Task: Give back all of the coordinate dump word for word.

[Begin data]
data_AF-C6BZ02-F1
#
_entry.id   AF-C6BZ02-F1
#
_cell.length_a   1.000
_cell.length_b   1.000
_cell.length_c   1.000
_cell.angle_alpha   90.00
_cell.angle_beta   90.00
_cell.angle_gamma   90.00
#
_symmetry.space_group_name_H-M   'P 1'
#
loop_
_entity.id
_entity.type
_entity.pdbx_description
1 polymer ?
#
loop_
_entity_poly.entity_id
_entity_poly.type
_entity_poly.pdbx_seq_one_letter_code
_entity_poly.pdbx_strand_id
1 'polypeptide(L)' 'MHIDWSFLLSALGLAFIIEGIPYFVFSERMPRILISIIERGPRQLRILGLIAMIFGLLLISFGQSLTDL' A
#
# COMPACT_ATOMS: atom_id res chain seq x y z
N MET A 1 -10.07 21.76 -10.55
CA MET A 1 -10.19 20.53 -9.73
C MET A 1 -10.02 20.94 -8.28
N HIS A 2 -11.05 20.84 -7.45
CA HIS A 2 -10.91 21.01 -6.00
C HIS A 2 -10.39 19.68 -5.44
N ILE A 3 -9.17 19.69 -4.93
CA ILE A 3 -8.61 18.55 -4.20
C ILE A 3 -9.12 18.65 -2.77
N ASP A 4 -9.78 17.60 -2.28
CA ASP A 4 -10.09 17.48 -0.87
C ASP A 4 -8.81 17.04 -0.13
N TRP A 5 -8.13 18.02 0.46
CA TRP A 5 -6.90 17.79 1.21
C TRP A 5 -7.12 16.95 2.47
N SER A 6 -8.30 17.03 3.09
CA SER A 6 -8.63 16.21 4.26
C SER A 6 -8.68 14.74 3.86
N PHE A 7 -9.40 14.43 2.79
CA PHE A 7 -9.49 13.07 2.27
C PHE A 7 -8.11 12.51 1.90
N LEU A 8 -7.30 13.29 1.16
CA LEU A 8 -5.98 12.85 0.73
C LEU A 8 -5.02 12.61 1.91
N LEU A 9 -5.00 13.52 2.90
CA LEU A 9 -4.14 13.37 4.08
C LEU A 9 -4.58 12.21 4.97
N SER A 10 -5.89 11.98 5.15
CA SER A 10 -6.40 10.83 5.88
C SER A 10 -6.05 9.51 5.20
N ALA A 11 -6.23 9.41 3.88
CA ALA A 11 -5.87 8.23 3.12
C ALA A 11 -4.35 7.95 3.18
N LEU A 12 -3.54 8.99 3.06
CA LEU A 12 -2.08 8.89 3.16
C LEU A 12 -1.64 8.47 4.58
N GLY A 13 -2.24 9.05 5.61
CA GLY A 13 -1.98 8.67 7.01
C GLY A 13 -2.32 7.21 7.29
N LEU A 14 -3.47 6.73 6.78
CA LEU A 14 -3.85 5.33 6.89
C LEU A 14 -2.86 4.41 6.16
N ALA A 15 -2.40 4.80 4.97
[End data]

data_AF-C6BZ02-F1
#
_entry.id   AF-C6BZ02-F1
#
_cell.length_a   1.000
_cell.length_b   1.000
_cell.length_c   1.000
_cell.angle_alpha   90.00
_cell.angle_beta   90.00
_cell.angle_gamma   90.00
#
_symmetry.space_group_name_H-M   'P 1'
#
loop_
_entity.id
_entity.type
_entity.pdbx_description
1 polymer ?
#
loop_
_entity_poly.entity_id
_entity_poly.type
_entity_poly.pdbx_seq_one_letter_code
_entity_poly.pdbx_strand_id
1 'polypeptide(L)' 'MHIDWSFLLSALGLAFIIEGIPYFVFSERMPRILISIIERGPRQLRILGLIAMIFGLLLISFGQSLTDL' A
#
# COMPACT_ATOMS: atom_id res chain seq x y z
N MET A 1 -10.07 21.76 -10.55
CA MET A 1 -10.19 20.53 -9.73
C MET A 1 -10.02 20.94 -8.28
N HIS A 2 -11.05 20.84 -7.45
CA HIS A 2 -10.91 21.01 -6.00
C HIS A 2 -10.39 19.68 -5.44
N ILE A 3 -9.17 19.69 -4.93
CA ILE A 3 -8.61 18.55 -4.20
C ILE A 3 -9.12 18.65 -2.77
N ASP A 4 -9.78 17.60 -2.28
CA ASP A 4 -10.09 17.48 -0.87
C ASP A 4 -8.81 17.04 -0.13
N TRP A 5 -8.13 18.02 0.46
CA TRP A 5 -6.90 17.79 1.21
C TRP A 5 -7.12 16.95 2.47
N SER A 6 -8.30 17.03 3.09
CA SER A 6 -8.63 16.21 4.26
C SER A 6 -8.68 14.74 3.86
N PHE A 7 -9.40 14.43 2.79
CA PHE A 7 -9.49 13.07 2.27
C PHE A 7 -8.11 12.51 1.90
N LEU A 8 -7.30 13.29 1.16
CA LEU A 8 -5.98 12.85 0.73
C LEU A 8 -5.02 12.61 1.91
N LEU A 9 -5.00 13.52 2.90
CA LEU A 9 -4.14 13.37 4.08
C LEU A 9 -4.58 12.21 4.97
N SER A 10 -5.89 11.98 5.15
CA SER A 10 -6.40 10.83 5.88
C SER A 10 -6.05 9.51 5.20
N ALA A 11 -6.23 9.41 3.88
CA ALA A 11 -5.87 8.23 3.12
C ALA A 11 -4.35 7.95 3.18
N LEU A 12 -3.54 8.99 3.06
CA LEU A 12 -2.08 8.89 3.16
C LEU A 12 -1.64 8.47 4.58
N GLY A 13 -2.24 9.05 5.61
CA GLY A 13 -1.98 8.67 7.01
C GLY A 13 -2.32 7.21 7.29
N LEU A 14 -3.47 6.73 6.78
CA LEU A 14 -3.85 5.33 6.89
C LEU A 14 -2.86 4.41 6.16
N ALA A 15 -2.40 4.80 4.97